An over-the-counter horse dewormer that is being portrayed on farmers’ groups as a miracle cure for covid-19 is not only prohibited for use in humans, but also potentially life-threatening.
The South African Health Product Regulatory Authority (SAHPRA) has issued a stern warning to the agricultural sector to disregard fake news about Ivermectin, an animal medication used to treat parasite infestations. In the last few days, many farmers have reportedly started bulk-buying the “horse paste” to ward off and even treat covid-19.
SAHPRA says in terms of safety and efficacy, there is no evidence to support the use of Ivermectin as a cure for the coronavirus. “We do not have any clinical trial evidence to justify its use. At present, there is no confirmatory clinical evidence available for the use of Ivermectin in the management of covid-19 infections.”
‘Miracle drug’ can cause death
Some farmers’ social media groups falsely claim that certain South African farmers have been cured from covid-19 after taking Ivermectin. This could be deadly, says SAHPRA. “The use of such a drug could potentially lead to harmful effects or even death.”
Dr Peter Oberem, managing director of Afrivet, says, “Our registered stock remedies (of Ivermectin) have been tested for safety in animals, not humans. It is a criminal act to recommend the use in humans of animal health products that are not registered as medicines for use in or on humans for any purpose.”
Health authorities have issued similar warnings in other parts of the world, including the US where animal feed stores have noticed a worrying trend where farmers were buying Ivermectin for the same reason.
Mackenna LaFond, a clerk at Sierra Feed in Reno, Nevada tells KOLO-TV 8 News, a television news network, that customers are taking multiple tubes home with them and often ask her how they should be taking it. “I tell them every time it is just for animals even though I know they are going to take it for themselves.”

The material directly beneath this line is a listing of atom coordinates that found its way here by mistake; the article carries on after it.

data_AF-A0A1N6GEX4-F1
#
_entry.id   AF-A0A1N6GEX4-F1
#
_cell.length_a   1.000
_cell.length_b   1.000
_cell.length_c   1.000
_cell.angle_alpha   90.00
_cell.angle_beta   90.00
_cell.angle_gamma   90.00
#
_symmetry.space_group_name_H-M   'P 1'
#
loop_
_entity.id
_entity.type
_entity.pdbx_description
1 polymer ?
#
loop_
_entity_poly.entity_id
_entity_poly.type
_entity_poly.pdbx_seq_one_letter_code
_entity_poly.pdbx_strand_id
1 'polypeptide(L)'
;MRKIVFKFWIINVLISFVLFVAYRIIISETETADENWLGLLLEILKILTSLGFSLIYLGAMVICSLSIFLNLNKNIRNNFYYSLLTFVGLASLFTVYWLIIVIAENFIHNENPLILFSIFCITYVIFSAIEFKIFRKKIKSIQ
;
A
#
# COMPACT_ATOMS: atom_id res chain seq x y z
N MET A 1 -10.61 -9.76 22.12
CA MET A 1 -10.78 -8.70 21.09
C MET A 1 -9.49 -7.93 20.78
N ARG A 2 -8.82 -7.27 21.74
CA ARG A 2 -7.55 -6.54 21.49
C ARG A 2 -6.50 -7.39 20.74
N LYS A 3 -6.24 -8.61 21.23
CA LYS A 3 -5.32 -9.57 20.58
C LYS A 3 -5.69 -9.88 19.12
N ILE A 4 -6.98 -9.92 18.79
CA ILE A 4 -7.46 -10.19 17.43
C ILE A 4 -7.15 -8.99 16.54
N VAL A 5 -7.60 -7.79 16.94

LaFond says a single tube of Ivermectin helps treat a horse of up to 680 kilogram over three to four months. “Imagine what it can do to a person weighing 150 pounds (68kg) who takes it on a regular basis.”
The Berkshire Eagle, a daily newspaper, reports that Australian researchers published the findings of an earlier study that found that Ivermectin inhibited the replication of SARS-CoV-2 in a laboratory setting, which is not the same as testing the drug on humans or animals.
After the study, the US Food and Drug Administration released a letter warning consumers not to self-medicate with Ivermectin intended for animals.
Meanwhile SAHRA also warns that any attempt to import the drug into South Africa will be perceived as being unlawful. “Any attempt… will be dealt with by SAHPRA’s regulatory compliance unit in conjunction with law enforcement agencies. If you are aware of such transgressions, contact Deon Poovan, senior manager: inspectorate and regulatory compliance on email@example.com.”